High Blood Pressure Frequently Asked Questions (FAQs)
New guidelines released by the American Heart Association and the American College of Cardiology in November 2107 have lowered the bar for what is considered high blood pressure (hypertension). Under these new guidelines, it is estimated that 46% of Americans will be diagnosed with hypertension. Prior to this amendment, 32 percent of the population had been diagnosed with high blood pressure.
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What is High Blood Pressure?
Blood pressure is defined as the force of the blood flowing through your blood vessels. Although you may not experience symptoms, high blood pressure can be damaging to critical organs and may lead to life-threatening conditions such as heart failure, stroke and kidney disease.
What Are the New Blood Pressure Guidelines?
One of the main changes made to the blood pressure guidelines is the redefinition of what high blood pressure is. The new guidelines are as follows:
- Normal—Less Than 120/80
- High Blood Pressure (Stage 1)—130-139/80-89
- High Blood Pressure (Stage 2)—140-180/90-120
- Hypertensive Crisis—More Than 180/120*
*This is considered an emergency situation. Consult your doctor immediately and report to the nearest Emergency Department.
According to the American college of Cardiology, other changes include:
- Avoiding the prescription of blood pressure medication for Stage 1 hypertension unless the patient has had a cardiovascular event such as a heart attack or stroke, or is at high risk of heart attack or stroke.
- Acknowledging many people may need more than one type of medication to regulate blood pressure. In addition, there is a higher likelihood of patients following prescriptions if multiple medications are integrated into a single pill.
- Recognizing that facts such as stress and socioeconomic status may influence the presence of high blood pressure.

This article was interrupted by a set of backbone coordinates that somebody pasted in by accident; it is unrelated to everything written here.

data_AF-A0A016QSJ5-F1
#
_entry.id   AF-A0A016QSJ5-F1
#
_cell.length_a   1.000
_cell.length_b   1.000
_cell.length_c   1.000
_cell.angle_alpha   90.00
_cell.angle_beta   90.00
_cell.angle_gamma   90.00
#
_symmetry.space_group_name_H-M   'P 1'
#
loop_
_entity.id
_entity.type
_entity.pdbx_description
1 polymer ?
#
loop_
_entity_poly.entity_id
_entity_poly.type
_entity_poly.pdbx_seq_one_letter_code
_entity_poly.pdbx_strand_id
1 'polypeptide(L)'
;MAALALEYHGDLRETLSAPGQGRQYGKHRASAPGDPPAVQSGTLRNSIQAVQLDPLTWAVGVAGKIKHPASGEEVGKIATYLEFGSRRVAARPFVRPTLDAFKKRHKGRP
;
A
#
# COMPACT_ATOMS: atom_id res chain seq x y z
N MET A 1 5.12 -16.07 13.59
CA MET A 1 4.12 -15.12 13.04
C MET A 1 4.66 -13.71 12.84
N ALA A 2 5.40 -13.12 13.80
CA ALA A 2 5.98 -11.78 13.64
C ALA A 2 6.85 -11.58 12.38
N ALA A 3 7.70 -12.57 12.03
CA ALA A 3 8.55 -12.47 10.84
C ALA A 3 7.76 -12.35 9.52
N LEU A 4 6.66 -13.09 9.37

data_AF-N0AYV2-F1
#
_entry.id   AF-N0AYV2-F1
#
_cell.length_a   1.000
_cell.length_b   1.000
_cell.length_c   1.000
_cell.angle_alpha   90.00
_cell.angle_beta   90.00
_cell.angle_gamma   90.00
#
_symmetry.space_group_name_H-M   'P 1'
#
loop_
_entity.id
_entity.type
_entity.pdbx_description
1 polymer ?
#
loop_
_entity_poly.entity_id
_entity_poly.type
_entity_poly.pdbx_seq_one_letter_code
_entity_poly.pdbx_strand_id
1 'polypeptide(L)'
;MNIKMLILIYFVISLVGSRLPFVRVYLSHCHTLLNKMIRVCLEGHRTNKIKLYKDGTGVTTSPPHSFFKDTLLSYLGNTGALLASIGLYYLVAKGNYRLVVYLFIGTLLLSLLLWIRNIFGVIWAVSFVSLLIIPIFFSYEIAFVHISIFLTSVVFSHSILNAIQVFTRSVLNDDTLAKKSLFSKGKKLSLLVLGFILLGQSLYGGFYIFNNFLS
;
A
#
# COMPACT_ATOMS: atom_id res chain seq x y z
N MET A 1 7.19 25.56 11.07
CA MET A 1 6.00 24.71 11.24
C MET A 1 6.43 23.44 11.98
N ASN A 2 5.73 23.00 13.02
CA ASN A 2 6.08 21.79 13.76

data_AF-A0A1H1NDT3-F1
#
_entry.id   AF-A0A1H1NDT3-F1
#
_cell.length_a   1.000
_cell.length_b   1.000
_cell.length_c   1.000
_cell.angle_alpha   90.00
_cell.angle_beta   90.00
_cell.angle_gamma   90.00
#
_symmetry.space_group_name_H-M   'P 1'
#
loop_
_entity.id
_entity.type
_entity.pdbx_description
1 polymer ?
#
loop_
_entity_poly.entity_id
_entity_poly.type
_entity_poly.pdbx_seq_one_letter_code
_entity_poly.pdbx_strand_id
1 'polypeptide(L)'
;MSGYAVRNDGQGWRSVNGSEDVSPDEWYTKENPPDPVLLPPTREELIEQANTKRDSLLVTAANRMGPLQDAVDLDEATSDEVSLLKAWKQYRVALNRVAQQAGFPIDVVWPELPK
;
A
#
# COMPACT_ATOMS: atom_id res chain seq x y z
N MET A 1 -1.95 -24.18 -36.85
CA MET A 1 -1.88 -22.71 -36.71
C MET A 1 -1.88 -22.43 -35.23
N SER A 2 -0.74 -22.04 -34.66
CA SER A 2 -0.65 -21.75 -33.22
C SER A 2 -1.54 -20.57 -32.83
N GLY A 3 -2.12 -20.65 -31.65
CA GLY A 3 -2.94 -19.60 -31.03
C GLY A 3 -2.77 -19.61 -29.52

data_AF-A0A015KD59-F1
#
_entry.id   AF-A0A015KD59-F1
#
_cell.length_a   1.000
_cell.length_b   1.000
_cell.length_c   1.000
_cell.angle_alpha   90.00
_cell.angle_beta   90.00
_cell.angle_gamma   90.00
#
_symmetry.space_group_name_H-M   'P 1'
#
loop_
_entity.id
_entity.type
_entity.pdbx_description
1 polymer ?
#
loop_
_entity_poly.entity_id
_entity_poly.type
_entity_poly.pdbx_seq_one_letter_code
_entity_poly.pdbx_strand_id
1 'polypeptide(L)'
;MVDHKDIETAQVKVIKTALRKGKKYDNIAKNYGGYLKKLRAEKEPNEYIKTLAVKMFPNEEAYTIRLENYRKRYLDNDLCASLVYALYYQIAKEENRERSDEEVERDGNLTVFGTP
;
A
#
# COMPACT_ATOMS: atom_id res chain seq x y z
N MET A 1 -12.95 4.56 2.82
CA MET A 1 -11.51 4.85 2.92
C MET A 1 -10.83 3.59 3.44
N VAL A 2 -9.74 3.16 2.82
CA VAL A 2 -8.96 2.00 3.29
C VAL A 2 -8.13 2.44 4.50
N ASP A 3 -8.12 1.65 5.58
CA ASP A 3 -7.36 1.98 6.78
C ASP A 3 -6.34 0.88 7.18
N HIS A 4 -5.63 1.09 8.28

Why the Change in Blood Pressure Guidelines?
The change in blood pressure guidelines is due primarily to the study of the risks of high blood pressure in patients over time. Experts believe that these new guidelines, if followed correctly and consistently, will assist more patients in avoiding preventable conditions such as heart attack and stroke through proper management of blood pressure earlier than before.
What Are the Health Risks Associated With High Blood Pressure?
According to the American Heart Association, high blood pressure can cause a number of life-threatening conditions, including:
- Heart Failure
- Heart Attack
- Kidney Disease or Failure
High blood pressure can also be responsible for life-changing conditions including vision loss, sexual dysfunction and peripheral artery disease (PAD).
What Do the Numbers Mean?
Blood pressure is measured using two numbers, written with one over the other. For example, 120/70 would be read as “one-twenty over seventy.” In this example, 120 refers to the pressure of your blood against blood vessels when the heart is actively pumping, while 70 refers to the pressure on your artery walls when your heart is at rest between beats.
What Are Some Ways You Can Prevent or Manage High Blood Pressure?
The best way to prevent or manage high blood pressure is through proper diet, regular exercise and consistent weight and stress management. Lowering your sodium intake through reducing your consumption of salt and processed foods, reducing your daily caffeine intake and establishing an effective and appropriate exercise routine are good places to start.
Related: Six tips to naturally lower your blood pressure>>
Meet our team or call 773-878-6888 to schedule an appointment with a board-certified cardiovascular specialist.